This is a statement by Révolution, the French section of the International Marxist Tendency issued as soon as the results of the first round of the presidential election were known.
The results of first round of the presidential election open a new phase of the political crisis in France. As in April 2002, the second round will be between the right and the far right. But much has changed since then. The economic crisis of 2008 has taken place. The probable victory of Emmanuel Macron, in two weeks time, will not lead to the relative political stability that Chirac benefited from in the wake of his victory in May 2002. The recomposition at work on the whole political scene opens a period of major uncertainty and instability. The legislative elections in June will be the first illustration of this. There is no guarantee that they will give the Head of State a strong parliamentary majority.
The bourgeoisie, its politicians and media outlets are all relieved: they avoided "the worst", from their point of view, namely Jean-Luc Mélenchon going into the second round. Now they are going to form a vast "republican" choir calling for a vote for Macron to "block the National Front". Many "left-wing" politicians will advance the same slogan. We reject it because it is absurd and counterproductive. It is the crisis of capitalism, mass unemployment and the reactionary policies of successive governments, that explain the growing success of the "anti-system" demagogy of the National Front (FN). Macron proposes to pursue and aggravate the policy of social regression carried out by Hollande and Sarkozy: the massive destruction of civil service jobs, destruction of the Labour Code, dismantling of public services, tax breaks and subsidies of all kinds for the benefit of the great capitalists, etc. Throughout the campaign, Macron hid his program under a "centrist" veil and many hollow words. But he is entirely devoted to the interests of the ruling class, which demands a drastic policy of austerity.
The FN is a dangerous enemy that must be fought. But we do not fight a fire by voting for the arsonist. The labour movement must fight the FN with its own methods and on the basis of a radical left program which tackles the root of the problems: the control of the economy by a handful of extremely wealthy parasites. In the days to come, the political and trade union organizations of the labour movement must massively mobilise in the street against the right and the extreme right. May Day must take place under the flag of the fight against the reactionary programs of Le Pen and of Macron. Union leaders should put on the agenda a 24-hour general strike.
Finally, we must mobilise to give the Rebellious France the widest representation in the National Assembly in June. The passing of Macron and Le Pen to the second round must not overshadow the major event of this presidential election, namely the enormous success of the campaign of Jean-Luc Mélenchon. His performance is the continuation of the series of upheavals that have recently marked the European (Syriza, Podemos, Corbyn) and American left (Sanders). This is an international phenomenon with a clear meaning: a growing number of young people and workers are looking for a left-wing alternative to the crisis capitalism and to politicians who have been in power for decades without changing anything, or changing it for the worse. The deep crisis of the capitalist system leads to political polarisation - to the right, as shown by the FN result, but also towards the left.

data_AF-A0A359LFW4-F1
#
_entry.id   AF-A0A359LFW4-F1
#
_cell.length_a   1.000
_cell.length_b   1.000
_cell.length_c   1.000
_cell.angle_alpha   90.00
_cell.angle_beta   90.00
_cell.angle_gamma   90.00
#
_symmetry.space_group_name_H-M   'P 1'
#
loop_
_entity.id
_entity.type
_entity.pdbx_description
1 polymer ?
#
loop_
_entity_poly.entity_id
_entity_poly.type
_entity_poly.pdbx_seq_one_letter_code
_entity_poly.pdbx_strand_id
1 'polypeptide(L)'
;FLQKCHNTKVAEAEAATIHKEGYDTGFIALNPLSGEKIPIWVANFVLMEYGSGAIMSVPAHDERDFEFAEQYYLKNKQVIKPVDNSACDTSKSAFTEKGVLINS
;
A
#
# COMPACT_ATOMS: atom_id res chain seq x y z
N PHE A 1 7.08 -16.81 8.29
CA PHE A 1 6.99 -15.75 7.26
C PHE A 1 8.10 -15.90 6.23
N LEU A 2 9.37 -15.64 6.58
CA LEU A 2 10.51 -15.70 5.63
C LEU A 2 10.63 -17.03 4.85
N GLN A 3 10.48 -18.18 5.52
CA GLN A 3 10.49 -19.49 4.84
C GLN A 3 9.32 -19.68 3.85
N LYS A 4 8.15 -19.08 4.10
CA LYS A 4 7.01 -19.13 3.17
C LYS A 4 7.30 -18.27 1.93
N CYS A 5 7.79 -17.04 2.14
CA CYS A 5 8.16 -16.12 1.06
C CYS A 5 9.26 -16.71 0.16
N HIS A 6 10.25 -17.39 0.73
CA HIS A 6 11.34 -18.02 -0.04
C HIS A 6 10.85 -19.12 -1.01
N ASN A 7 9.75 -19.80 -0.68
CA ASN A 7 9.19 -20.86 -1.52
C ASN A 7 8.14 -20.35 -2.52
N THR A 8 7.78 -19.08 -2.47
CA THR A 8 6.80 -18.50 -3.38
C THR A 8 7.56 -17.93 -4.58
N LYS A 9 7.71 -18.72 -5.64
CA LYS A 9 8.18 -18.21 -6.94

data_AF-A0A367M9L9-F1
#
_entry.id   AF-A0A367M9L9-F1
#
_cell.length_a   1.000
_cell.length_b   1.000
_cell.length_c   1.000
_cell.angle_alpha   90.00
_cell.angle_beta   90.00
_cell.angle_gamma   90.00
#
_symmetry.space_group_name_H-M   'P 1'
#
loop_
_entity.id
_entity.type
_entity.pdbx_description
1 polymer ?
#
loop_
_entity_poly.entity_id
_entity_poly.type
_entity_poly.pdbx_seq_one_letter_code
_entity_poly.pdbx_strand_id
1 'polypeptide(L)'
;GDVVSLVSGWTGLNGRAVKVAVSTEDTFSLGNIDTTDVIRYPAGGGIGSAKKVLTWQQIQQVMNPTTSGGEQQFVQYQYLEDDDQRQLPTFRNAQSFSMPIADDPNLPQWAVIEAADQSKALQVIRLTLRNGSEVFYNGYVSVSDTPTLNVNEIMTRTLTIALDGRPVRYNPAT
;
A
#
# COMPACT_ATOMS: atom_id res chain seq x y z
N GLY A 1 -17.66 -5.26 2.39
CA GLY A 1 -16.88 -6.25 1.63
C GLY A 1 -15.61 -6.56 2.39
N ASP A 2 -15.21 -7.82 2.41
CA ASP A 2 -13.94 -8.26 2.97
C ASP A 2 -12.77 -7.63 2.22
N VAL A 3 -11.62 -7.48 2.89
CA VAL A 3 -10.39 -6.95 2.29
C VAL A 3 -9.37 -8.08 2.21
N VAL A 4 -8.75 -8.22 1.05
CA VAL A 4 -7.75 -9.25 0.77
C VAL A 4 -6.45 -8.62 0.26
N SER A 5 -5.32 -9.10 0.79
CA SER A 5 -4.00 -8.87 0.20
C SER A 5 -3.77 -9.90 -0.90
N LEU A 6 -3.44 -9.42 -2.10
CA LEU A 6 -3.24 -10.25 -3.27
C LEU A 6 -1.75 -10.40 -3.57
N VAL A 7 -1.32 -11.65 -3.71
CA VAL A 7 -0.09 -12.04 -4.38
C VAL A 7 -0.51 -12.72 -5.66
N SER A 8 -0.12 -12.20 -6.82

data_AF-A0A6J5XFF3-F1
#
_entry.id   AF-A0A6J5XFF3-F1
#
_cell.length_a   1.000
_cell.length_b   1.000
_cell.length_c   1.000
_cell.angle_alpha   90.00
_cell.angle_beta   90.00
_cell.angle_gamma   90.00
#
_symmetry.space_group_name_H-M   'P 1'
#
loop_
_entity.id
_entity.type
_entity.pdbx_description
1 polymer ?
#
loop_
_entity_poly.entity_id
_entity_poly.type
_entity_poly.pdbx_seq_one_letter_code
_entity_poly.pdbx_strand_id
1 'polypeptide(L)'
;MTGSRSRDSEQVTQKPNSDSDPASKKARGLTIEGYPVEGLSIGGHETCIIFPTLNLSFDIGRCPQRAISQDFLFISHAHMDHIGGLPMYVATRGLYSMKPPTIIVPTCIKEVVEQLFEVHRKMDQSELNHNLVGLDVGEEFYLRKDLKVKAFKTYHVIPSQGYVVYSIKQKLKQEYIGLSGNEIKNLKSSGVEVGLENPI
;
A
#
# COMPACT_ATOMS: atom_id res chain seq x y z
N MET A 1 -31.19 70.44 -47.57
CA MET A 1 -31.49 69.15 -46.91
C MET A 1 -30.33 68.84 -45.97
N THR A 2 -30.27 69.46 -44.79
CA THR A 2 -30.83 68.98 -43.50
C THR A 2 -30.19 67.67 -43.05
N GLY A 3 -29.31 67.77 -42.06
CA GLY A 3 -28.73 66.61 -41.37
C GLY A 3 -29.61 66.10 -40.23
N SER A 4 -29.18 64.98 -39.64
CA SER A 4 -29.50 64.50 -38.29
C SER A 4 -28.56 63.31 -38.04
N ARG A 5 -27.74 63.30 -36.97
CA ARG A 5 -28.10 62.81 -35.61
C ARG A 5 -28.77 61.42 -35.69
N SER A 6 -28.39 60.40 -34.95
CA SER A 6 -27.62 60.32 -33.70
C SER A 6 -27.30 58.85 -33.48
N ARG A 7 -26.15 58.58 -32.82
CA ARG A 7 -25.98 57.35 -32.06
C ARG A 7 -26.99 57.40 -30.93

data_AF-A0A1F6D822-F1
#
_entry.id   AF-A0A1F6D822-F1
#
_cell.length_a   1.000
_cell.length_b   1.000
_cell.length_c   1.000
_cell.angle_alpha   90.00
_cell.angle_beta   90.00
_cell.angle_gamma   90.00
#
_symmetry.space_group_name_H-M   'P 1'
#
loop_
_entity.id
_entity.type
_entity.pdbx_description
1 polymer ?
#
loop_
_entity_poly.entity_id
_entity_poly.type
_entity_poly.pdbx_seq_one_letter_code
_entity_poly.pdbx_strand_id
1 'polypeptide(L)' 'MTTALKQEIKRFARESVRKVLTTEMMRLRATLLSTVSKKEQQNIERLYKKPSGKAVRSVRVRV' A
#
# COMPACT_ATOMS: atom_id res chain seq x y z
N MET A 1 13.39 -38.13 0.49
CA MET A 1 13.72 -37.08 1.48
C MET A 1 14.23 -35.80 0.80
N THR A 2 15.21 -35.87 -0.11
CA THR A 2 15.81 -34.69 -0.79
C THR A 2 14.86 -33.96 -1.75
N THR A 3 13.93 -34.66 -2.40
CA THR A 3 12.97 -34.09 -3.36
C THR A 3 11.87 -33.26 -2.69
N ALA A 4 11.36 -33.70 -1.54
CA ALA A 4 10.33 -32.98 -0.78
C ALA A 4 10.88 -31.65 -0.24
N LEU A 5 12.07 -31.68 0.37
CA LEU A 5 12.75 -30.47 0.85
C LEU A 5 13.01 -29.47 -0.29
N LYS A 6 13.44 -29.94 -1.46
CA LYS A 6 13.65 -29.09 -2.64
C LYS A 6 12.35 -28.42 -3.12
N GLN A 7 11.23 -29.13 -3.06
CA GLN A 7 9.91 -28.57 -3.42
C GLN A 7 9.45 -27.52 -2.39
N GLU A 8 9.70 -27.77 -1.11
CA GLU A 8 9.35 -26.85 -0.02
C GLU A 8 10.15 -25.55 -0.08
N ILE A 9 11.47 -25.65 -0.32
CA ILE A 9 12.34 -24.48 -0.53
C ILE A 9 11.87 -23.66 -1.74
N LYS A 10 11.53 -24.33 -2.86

The electoral collapse of the Socialist Party (PS) is a striking illustration of this. Benoit Hamon has paid the price for the labour law and austerity policies of the Hollande government. He also pays for his own moderation and two years of participation in government. At the end of the PS primaries, Hamon could have relied on his clear victory to launch an offensive against the right wing of his own party. He preferred to seek a "central" position. As a result, he found himself in the middle of a chasm.
Mélenchon's campaign has generated enormous enthusiasm among large sections of the population. In particular, the number of young people present at the meetings of the Rebellious France was impressive. This radicalisation of the youth - which is also an international phenomenon - will have profound and positive consequences for the future of the Left. In this respect, one of the stakes of the coming months is to organise the mass of the "rebellious" into a democratically structured party. It will be the best way of consolidating and developing the Rebellious France, and of attracting under its banner the most militant elements of the youth and of the working-class movement.
Massive mobilisations in the street against Le Pen and Macron!
For a 24-hour general strike!
Mobilisation for a "rebellious" National Assembly!